Of the 48 patients that received the Box-shape cervical expansive laminoplasty, postoperative CT scans were performed in 39 patients at 177 levels for a total of 354 screws. The total malposition rate of intralaminar screws was only 3.4% (12 out of 354). The rates of medial invasion (Fig. 3), lateral invasion (Fig. 4), center to medial invasion, center to lateral invasion, and pulling out were 4%, 2%, 0%, 4%, and 1%, respectively (Table 3). But, hardware-related neurological complications did not occur in any of the cases.


Cervical laminoplasty is widely used to treat cervical myelopathy with OPLL or spondylosis. There have been many reports regarding satisfactory surgical outcomes using this procedure1,6,7,10,12,16,19). Double-door laminoplasty was originally devised by Kurokawa in Japan. This method achieves expansion of the spinal canal and preservation of the posterior structures for stability11,13,14,18,19,20).
The relationship between degree of spinal canal expansion and clinical outcomes was not known and current techniques for canal expansion are not sufficient5,9). However, maintaining spinal canal expansion is critical. So we developed the Box-shape cervical expansive laminoplasty for use with the Miniplate® or Maxpacer®. The Box-shape cervical expansive laminoplasty allowed for maximal expansion of the spinal canal, and neurologic deterioration caused by restenosis or hinge reclosure did not occur14).
Cervical laminoplasty using plating systems has been previously performed. Edmund Frank et al. reported a technique using titanium miniplates that permitted adequate decompression of the cervical spinal cord and bilateral cervical nerve roots. They showed successful reconstruction of an enlarged rigid spinal canal. Deutsch and Harel et al. showed successful laminoplasty using a Ti-Mesh LP miniplate system without complications in five patients. Park and Andrew E et al. reported performing laminoplasty using a novel titanium system that provided secure laminar fixation, thus minimizing the risk of canal restenosis, better preserving motion and decreasing axial neck pain2,4,17).
In this study, we investigated clinical outcomes associated with our procedure. We show that those who received Boxshape cervical expansive laminoplasty had an average JOA score increase from 11.49 to 14.22 at POD-6 months. None of the patients displayed decreased JOA scores and none developed neurologic deficits. One patient, however, suffered from C5 palsy at PODs 5 to 7, but they completely recovered by POD-6 months. Although excessive opening of the spinal canal results in risk of nerve root kinking and epidural scar tissue21,22), the major finding of this study is that maximal expansion of the spinal canal leads to improvements in JOA scores of patients with severe OPLL or CSM with narrowed canals. This result demonstrates the clinical efficacy of Box-shape cervical expansive laminoplasty.
The defining characteristic of this operation is the use of intralaminar screws to create maximal standing at each lamina. However, the double-door laminoplasty to create maximal lamina standing is a difficult technique and insertion of intralaminar screws at the proper position can be tedious. Proper positioning of the intralaminar screw is important for holding the remodeled lamina-miniplate.
To determine whether screws were inserted in the proper intralaminar position, we reviewed postoperative CT scans of the surgical methods at POD-6 months. Of the 39 patients, scanned at 177 levels in 354 screws, the malpositioning rate of intralaminar screws was only 3.4%. No hardware-related complications occurred in patients after POD-6 months and there were only 4 screws that invaded the medial wall. However, this does not present a problem because the ligament flavum is a good protector of medially invaded screws. To avoid improper screw insertion, it is essential to have an anatomical understanding of the spinous process and medial lamina wall. Additionally, even though the miniplate screw is selftapping, it does not necessarily mean that the screw will penetrate to the proper insertion point. Creating a screw pathway with a small power drill can make correct insertion of the intralaminar screw easier.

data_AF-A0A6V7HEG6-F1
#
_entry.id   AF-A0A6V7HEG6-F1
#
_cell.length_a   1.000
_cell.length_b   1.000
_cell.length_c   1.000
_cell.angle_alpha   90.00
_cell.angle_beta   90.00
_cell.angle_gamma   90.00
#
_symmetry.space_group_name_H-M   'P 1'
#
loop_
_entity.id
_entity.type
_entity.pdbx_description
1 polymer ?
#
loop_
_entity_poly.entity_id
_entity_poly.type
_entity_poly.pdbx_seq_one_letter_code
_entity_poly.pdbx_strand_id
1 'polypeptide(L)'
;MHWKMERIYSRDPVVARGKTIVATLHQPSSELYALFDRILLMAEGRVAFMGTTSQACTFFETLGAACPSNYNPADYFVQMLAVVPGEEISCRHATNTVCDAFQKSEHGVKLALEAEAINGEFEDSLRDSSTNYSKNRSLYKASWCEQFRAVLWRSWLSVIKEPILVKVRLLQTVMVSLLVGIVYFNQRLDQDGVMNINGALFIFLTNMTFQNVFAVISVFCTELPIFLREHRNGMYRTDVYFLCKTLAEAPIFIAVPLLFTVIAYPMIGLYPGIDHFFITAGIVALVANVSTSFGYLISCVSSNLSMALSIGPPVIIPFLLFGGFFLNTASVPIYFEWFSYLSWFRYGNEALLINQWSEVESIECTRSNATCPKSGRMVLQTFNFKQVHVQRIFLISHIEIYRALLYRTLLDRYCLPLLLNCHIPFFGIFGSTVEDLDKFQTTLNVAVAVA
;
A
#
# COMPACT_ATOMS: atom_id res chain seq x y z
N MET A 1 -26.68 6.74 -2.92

One limitation to this study is that the follow-up period was only 6 months, and posterior neck pain (VAS score) and range of cervical motion were not analyzed. And comparative study should be performed to assess clinical benefits by comparing other cervical laminoplasty methods.


The Box-shape cervical expansive laminoplasty provided maximal canal expansion and demonstrated excellent clinical benefits. This method is easy to perform, provides a rigid construct, and intralaminal screws are placed in the proper position without inducing neurologic deficits.


We certify that this manuscript is a unique submission and that is not being considered for publication by another source or in another medium. The authors have no conflicts of interest to declare. However, the author is the inventor of both the Miniplate® and Maxpacer®, which are the first, plate-type commercial devices for Box-shape cervical expansive laminoplasty.


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Fig. 1
(A) Canal expansion rate for surgeries performed with Box-shape cervical expansive laminoplasty, Apacerum®, and Centerpeice®. CT axial image of the (B) Box-shape cervical expansive laminoplasty, (C) Apacerum®, and (D) Centerpeice®.
Fig. 2
JOA scores are given for the patient who received Box-shape cervical expansive laminoplasty.
Fig. 3
A medially malpositioned intralaminar screw is shown.
Fig. 4
A laterally malpositioned intralaminar screw is shown.
Table 1.
Patient demographics who received laminoplasty with the Box-shape cervical expansive laminoplasty
Number of patients 48
Sex (M:F) 35:13
Average age 62.83 (Max=81, Min=30)
Number of levels 218
Number of diseases 48
 OPLL 36
 CSM 12
Table 2.
JOA scores for a patient who received laminoplasty with Box-shape cervical expansive laminoplasty
JOA score at pre-op JOA score at POD-6 months
Total (n=48) 11.49 14.22
OPLL (n=36) 11.32 14.3
CSM (n=12) 12.0 14.0
Table 3.
Malpositioned intralaminar screws
Total number of malpositioned screws 12(3.4%)
Medial invasion 4
Lateral position 2
Center to medial 0
Center to lateral 4
Pull out 1
Spinous process 1